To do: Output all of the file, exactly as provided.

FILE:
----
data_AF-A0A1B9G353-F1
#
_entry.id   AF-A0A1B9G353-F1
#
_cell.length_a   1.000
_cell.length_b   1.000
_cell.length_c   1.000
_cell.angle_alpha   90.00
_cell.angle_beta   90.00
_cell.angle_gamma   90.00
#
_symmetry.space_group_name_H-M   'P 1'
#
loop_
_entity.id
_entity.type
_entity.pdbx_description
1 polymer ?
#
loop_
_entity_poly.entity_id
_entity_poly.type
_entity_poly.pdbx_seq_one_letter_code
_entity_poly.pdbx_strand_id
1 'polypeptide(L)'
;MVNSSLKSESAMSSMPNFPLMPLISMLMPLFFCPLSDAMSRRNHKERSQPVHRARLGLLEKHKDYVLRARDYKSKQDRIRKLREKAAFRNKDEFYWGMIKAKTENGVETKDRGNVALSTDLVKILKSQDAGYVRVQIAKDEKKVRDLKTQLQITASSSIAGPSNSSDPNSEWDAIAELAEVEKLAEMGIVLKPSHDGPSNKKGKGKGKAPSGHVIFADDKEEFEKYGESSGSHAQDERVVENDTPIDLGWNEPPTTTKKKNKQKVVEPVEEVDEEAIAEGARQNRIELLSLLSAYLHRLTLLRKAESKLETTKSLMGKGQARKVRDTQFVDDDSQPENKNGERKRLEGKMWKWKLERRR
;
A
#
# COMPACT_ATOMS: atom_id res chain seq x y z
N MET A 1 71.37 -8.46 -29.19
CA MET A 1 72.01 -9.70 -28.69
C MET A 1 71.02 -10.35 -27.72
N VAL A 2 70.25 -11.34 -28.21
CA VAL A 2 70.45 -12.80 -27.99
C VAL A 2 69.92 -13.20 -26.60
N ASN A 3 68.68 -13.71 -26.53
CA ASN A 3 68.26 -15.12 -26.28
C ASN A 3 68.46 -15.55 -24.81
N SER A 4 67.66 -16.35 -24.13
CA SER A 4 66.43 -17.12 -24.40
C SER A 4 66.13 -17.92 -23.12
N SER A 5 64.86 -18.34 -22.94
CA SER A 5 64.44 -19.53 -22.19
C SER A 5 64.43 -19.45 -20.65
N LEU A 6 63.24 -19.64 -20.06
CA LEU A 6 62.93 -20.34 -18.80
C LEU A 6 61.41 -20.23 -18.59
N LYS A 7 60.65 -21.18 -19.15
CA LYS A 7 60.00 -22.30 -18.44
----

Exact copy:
data_AF-A0A1B9G353-F1
#
_entry.id   AF-A0A1B9G353-F1
#
_cell.length_a   1.000
_cell.length_b   1.000
_cell.length_c   1.000
_cell.angle_alpha   90.00
_cell.angle_beta   90.00
_cell.angle_gamma   90.00
#
_symmetry.space_group_name_H-M   'P 1'
#
loop_
_entity.id
_entity.type
_entity.pdbx_description
1 polymer ?
#
loop_
_entity_poly.entity_id
_entity_poly.type
_entity_poly.pdbx_seq_one_letter_code
_entity_poly.pdbx_strand_id
1 'polypeptide(L)'
;MVNSSLKSESAMSSMPNFPLMPLISMLMPLFFCPLSDAMSRRNHKERSQPVHRARLGLLEKHKDYVLRARDYKSKQDRIRKLREKAAFRNKDEFYWGMIKAKTENGVETKDRGNVALSTDLVKILKSQDAGYVRVQIAKDEKKVRDLKTQLQITASSSIAGPSNSSDPNSEWDAIAELAEVEKLAEMGIVLKPSHDGPSNKKGKGKGKAPSGHVIFADDKEEFEKYGESSGSHAQDERVVENDTPIDLGWNEPPTTTKKKNKQKVVEPVEEVDEEAIAEGARQNRIELLSLLSAYLHRLTLLRKAESKLETTKSLMGKGQARKVRDTQFVDDDSQPENKNGERKRLEGKMWKWKLERRR
;
A
#
# COMPACT_ATOMS: atom_id res chain seq x y z
N MET A 1 71.37 -8.46 -29.19
CA MET A 1 72.01 -9.70 -28.69
C MET A 1 71.02 -10.35 -27.72
N VAL A 2 70.25 -11.34 -28.21
CA VAL A 2 70.45 -12.80 -27.99
C VAL A 2 69.92 -13.20 -26.60
N ASN A 3 68.68 -13.71 -26.53
CA ASN A 3 68.26 -15.12 -26.28
C ASN A 3 68.46 -15.55 -24.81
N SER A 4 67.66 -16.35 -24.13
CA SER A 4 66.43 -17.12 -24.40
C SER A 4 66.13 -17.92 -23.12
N SER A 5 64.86 -18.34 -22.94
CA SER A 5 64.44 -19.53 -22.19
C SER A 5 64.43 -19.45 -20.65
N LEU A 6 63.24 -19.64 -20.06
CA LEU A 6 62.93 -20.34 -18.80
C LEU A 6 61.41 -20.23 -18.59
N LYS A 7 60.65 -21.18 -19.15
CA LYS A 7 60.00 -22.30 -18.44